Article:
BDO, Soundwave “at risk of not coming to WA”

The man in charge of running the Claremont Showgrounds, Royal Agricultural Society chief executive Martin Molony, has attacked the council for its “elitist” stance which he claims it threatening the future of the festivals like Big Day Out and Soundwave in Perth.

Molony has told WA Today that if a solution to the standoff can’t be reached festivals are “at risk of not coming into WA because the showgrounds is the only venue I can think of which can accommodate 40,000 people right near a railway station”. According to Molony, Arena Joondalup (which hosted the Future Music festival earlier this month) and McCallum Park (where Summadayze was held last year) are too small to host the events.

Yesterday we reported that Claremont Mayor Jock Barker is determined to crack down on the festivals claiming that Soundwave breached the volume restrictions “excessively” and that the council had received complaints from people from as far away as Subiaco and Mosman Park. Claremont council chief executive Stephen Goode has revealed to WA Today that Soundwave had breached the 72 decibel limit and was “regularly monitored at more than 80 decibels”.

Big Day Out promoter Ken West admitted earlier this year that the 2011 Big Day Out had breached the previous noise abatement regulations in Perth “to a minor extent” during the Tool and Rammstien sets. However he was also critical of the introduction of a new noise abatement act in Perth, which had been introduced after the Big Day Out 2012 tickets had gone on sale. According to West the “council and venue were not appreciating the fact that you can’t just keep loading costs on and make it impossible for us to stage a show.”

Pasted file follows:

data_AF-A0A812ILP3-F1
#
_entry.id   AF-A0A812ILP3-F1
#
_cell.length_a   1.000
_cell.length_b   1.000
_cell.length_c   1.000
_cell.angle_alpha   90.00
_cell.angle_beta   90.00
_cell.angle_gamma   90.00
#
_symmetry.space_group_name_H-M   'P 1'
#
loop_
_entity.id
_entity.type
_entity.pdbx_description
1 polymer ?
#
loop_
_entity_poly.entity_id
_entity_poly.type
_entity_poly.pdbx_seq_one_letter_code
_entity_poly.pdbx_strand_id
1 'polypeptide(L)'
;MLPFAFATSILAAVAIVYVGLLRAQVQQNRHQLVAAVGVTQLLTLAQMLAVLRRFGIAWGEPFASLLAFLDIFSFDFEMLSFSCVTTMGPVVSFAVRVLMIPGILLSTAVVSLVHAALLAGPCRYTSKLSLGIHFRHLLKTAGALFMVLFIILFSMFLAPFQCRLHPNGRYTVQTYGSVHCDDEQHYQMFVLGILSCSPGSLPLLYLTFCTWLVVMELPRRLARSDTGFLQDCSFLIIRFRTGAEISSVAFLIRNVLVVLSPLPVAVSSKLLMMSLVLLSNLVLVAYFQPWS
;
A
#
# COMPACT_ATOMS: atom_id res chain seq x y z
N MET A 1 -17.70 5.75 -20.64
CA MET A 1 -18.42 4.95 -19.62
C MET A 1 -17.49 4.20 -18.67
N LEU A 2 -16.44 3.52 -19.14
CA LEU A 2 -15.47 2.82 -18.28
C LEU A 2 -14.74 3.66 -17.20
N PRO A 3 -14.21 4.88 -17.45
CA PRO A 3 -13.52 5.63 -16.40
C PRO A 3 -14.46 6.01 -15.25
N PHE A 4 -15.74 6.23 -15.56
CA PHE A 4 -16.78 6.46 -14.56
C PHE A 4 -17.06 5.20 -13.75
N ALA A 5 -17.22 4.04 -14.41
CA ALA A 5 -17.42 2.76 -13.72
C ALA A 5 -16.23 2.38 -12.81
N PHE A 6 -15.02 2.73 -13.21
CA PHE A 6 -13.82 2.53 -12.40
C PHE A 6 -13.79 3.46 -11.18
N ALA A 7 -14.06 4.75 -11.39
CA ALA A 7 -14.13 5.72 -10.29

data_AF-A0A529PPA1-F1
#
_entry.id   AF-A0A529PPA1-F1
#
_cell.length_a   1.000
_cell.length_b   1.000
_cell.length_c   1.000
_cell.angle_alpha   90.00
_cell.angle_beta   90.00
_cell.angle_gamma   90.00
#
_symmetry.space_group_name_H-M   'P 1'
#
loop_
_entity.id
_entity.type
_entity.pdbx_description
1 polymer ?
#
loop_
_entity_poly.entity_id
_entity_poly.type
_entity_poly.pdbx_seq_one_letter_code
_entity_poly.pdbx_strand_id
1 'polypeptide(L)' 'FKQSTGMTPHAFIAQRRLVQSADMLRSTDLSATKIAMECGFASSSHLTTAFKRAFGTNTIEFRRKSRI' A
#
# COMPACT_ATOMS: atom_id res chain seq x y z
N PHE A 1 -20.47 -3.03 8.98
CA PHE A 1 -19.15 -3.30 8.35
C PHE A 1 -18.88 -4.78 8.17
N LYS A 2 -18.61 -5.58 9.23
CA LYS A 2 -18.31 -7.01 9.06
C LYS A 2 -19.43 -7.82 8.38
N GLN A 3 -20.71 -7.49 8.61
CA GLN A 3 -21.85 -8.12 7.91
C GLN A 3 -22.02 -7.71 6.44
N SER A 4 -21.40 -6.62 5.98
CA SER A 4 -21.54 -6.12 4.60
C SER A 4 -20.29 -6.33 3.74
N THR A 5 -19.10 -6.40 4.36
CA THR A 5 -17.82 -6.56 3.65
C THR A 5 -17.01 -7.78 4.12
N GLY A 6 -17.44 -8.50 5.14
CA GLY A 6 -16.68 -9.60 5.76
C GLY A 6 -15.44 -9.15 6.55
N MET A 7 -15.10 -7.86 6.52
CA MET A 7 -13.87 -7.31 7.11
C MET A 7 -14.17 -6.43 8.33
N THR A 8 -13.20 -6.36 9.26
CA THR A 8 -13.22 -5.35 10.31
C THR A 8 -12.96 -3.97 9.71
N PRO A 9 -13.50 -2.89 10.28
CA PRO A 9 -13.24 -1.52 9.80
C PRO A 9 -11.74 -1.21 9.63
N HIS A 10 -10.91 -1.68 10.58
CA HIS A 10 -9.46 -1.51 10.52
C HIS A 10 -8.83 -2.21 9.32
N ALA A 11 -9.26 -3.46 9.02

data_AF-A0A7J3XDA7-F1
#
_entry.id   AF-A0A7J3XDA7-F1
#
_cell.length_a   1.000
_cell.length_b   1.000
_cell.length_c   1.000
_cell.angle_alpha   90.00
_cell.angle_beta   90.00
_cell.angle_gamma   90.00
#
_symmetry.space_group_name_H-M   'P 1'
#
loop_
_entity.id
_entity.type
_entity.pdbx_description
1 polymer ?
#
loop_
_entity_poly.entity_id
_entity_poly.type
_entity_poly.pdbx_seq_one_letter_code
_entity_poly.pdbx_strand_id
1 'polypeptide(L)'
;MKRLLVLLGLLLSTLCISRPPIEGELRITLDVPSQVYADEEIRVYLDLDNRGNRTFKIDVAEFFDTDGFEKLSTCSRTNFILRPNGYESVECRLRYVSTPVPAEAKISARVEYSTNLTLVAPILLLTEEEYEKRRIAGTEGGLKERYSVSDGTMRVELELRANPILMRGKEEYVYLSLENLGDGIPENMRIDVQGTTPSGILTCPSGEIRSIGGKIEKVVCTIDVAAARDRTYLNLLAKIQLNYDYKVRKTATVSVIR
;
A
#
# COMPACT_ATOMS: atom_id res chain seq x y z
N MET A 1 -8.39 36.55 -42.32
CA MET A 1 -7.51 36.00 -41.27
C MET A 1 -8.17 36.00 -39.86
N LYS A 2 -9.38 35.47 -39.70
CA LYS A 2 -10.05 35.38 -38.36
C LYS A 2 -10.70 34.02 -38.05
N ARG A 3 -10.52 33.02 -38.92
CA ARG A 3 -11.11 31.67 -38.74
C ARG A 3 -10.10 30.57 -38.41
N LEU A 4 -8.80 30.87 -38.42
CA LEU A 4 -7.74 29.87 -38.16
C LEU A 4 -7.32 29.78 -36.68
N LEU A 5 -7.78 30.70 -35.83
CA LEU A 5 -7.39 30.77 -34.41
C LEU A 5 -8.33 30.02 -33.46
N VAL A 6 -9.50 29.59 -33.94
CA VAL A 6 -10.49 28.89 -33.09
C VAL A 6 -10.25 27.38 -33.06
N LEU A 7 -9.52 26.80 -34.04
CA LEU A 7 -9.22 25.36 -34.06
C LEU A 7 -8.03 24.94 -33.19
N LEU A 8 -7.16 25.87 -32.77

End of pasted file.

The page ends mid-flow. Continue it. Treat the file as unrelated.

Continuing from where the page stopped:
FasterLouder tried to track Jock Barker down for comment but the mayor wasn’t answering his phone this morning and then refused to answer our questions via email. In a brief reply this afternoon Barker told us that he has “nothing further to add to my comments as already published… Mr Malone [sic] comments do not represent the facts as they stand. If the sound levels were as approved and the antisocial behaviour stopped we would have no problems. Many concerts are held and present no problem.”

However, if Claremont loses the festivals Barker will need to think of some new money spinning ideas for the council. In May last year Perth Now reported that “The City’s revenue from parking fines for music events jumped by more than $100,000 last financial year, including from festivals like Big Day Out, Stereosonic and Good Vibrations Figures reveal Claremont has made more than $171,000 from parking fines issued at the showgrounds so far this year.” According to the report, Claremont council raised a staggering $22,950 just by booking punters attending last year’s Soundwave festival.

Commenting on the fines in an interview with Perth Now last year Barker declared “I’m not embarrassed at all by the amount of money the town pulls in from parking fines at these events. In this day and age, drivers seek to blame everyone else, including the town, for their bad behaviour. We only fine drivers if they are doing something illegal.”